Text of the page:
THE 2012 snow season has ended and the extra Ambulance Service paramedics deployed to the ski resorts are returning to their stations with praise for the good and safe conduct of the more than one million snowgoers.
While paramedics again assisted people with trauma or medical emergencies and made a few ventures beyond resort boundaries into the alpine back country, they're clearly happy it was only a very small number who needed their help.
Paul Thompson, snow team leader, said the risk management and safety provided by Ski Patrol and Mountain Operations minimised the risks and incidents throughout the season.
"Skiing and boarding are extreme sports and, considering around 1.2 million people visit during the 18 weeks, the percentage of visitors injured is quite small," Mr Thompson said.
"This is the 25th year of snowfield operations for Ambulance and we believe this annual migration of snow lovers is the largest continual sporting event for NSW each year.
"It's always great to see such a low number of injuries."
Paramedics provided cover alongside Ski Patrol to skiers, snowboarders and tobogganists in the resort areas.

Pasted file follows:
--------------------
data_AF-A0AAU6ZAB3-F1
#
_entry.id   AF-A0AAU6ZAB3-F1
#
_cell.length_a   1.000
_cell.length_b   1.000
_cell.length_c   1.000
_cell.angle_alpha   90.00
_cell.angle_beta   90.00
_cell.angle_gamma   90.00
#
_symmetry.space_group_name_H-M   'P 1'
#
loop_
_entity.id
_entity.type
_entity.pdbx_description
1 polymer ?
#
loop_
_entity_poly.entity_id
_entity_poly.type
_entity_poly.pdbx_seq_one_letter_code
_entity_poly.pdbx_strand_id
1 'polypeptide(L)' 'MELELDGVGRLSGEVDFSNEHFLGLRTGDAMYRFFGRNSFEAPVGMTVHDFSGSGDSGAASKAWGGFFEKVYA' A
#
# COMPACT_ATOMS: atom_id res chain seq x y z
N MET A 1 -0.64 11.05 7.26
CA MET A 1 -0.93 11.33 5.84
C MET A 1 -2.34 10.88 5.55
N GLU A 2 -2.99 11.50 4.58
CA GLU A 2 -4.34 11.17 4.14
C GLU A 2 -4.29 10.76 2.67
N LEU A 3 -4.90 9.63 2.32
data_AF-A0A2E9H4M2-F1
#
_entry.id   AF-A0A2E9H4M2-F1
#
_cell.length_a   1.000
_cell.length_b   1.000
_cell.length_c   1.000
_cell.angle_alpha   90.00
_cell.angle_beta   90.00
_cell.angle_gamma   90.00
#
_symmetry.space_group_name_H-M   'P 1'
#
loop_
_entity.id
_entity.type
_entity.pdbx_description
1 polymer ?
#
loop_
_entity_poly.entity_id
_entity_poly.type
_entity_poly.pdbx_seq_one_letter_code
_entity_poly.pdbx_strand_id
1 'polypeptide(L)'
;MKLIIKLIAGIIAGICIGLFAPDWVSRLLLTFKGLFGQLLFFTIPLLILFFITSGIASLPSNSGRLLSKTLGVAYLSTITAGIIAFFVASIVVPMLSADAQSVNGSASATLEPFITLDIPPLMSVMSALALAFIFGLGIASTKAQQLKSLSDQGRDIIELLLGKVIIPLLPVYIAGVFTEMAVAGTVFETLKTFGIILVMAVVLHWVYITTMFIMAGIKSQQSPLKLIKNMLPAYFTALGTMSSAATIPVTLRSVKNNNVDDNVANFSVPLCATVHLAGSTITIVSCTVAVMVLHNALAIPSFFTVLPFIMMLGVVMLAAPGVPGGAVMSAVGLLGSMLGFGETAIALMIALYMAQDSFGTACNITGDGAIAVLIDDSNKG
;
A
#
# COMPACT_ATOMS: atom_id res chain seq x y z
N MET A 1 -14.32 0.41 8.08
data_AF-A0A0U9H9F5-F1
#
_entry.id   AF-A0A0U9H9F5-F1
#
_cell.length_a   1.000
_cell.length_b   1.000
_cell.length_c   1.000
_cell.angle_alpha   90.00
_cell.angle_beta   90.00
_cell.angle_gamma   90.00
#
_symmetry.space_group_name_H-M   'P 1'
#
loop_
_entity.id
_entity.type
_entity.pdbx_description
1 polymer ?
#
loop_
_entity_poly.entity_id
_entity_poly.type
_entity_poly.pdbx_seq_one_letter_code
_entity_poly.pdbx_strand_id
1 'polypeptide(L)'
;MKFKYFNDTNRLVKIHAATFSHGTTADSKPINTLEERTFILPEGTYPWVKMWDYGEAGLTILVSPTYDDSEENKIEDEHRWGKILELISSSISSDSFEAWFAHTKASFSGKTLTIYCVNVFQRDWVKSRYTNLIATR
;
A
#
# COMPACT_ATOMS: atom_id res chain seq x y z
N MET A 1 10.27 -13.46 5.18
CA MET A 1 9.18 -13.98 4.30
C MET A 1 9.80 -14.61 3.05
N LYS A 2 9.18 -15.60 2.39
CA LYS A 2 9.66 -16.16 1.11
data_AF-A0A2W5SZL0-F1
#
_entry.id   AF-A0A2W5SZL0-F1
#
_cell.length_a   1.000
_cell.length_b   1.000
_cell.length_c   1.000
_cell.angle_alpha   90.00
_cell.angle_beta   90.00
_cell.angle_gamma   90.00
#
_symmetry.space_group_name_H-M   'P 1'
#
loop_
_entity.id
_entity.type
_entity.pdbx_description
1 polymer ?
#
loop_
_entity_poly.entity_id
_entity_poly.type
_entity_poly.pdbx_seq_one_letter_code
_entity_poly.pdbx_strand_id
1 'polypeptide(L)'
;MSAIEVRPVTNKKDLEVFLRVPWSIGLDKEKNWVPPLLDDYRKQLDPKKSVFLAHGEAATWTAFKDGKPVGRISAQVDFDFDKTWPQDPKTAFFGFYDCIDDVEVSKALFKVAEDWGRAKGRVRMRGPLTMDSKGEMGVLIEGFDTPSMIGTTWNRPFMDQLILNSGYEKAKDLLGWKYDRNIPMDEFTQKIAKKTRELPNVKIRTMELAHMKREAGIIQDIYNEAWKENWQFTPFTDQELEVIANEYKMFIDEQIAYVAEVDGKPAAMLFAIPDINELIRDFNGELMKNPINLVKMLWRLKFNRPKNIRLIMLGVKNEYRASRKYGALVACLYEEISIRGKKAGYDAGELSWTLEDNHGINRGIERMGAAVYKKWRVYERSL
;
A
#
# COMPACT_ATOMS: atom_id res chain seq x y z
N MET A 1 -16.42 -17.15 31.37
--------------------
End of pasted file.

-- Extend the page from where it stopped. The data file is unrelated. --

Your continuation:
Ski Patrol were generally the first on scene and the call paramedics as required to specific pick up points within the resort.
Paramedics also accessed and treated adventure seekers injured in back country areas, often alongside the Police Alpine Operations Unit, using specialised snow vehicles like an all-terrain vehicle, an over-snow vehicle, two skidoos and snow capable 4WD vehicles and trailers.
Ambulance also assisted local residents, workers and the many motorists who travelled from far and wide to visit the region.
Snowfield paramedics treated 231 patients during 220 responses in 2012, several for patients with significant injuries due to accidents involving trees and rocks as well as collisions with each other. Included in the statistics were: 152 trauma cases and 55 medical emergencies; 15 long distance transports to local and regional trauma hospitals, including six patients evacuated by helicopter; and three back country responses.
"Perisher Valley and The Kosciusko National Park are spectacular and unique environments where weather conditions change frequently and without warning, creating unique challenges to snowfield paramedics," Mr Thompson said.
"But it's an amazing season that allows paramedics to practice their profession, utilising their abilities, skills and experience in elements presenting a number challenges."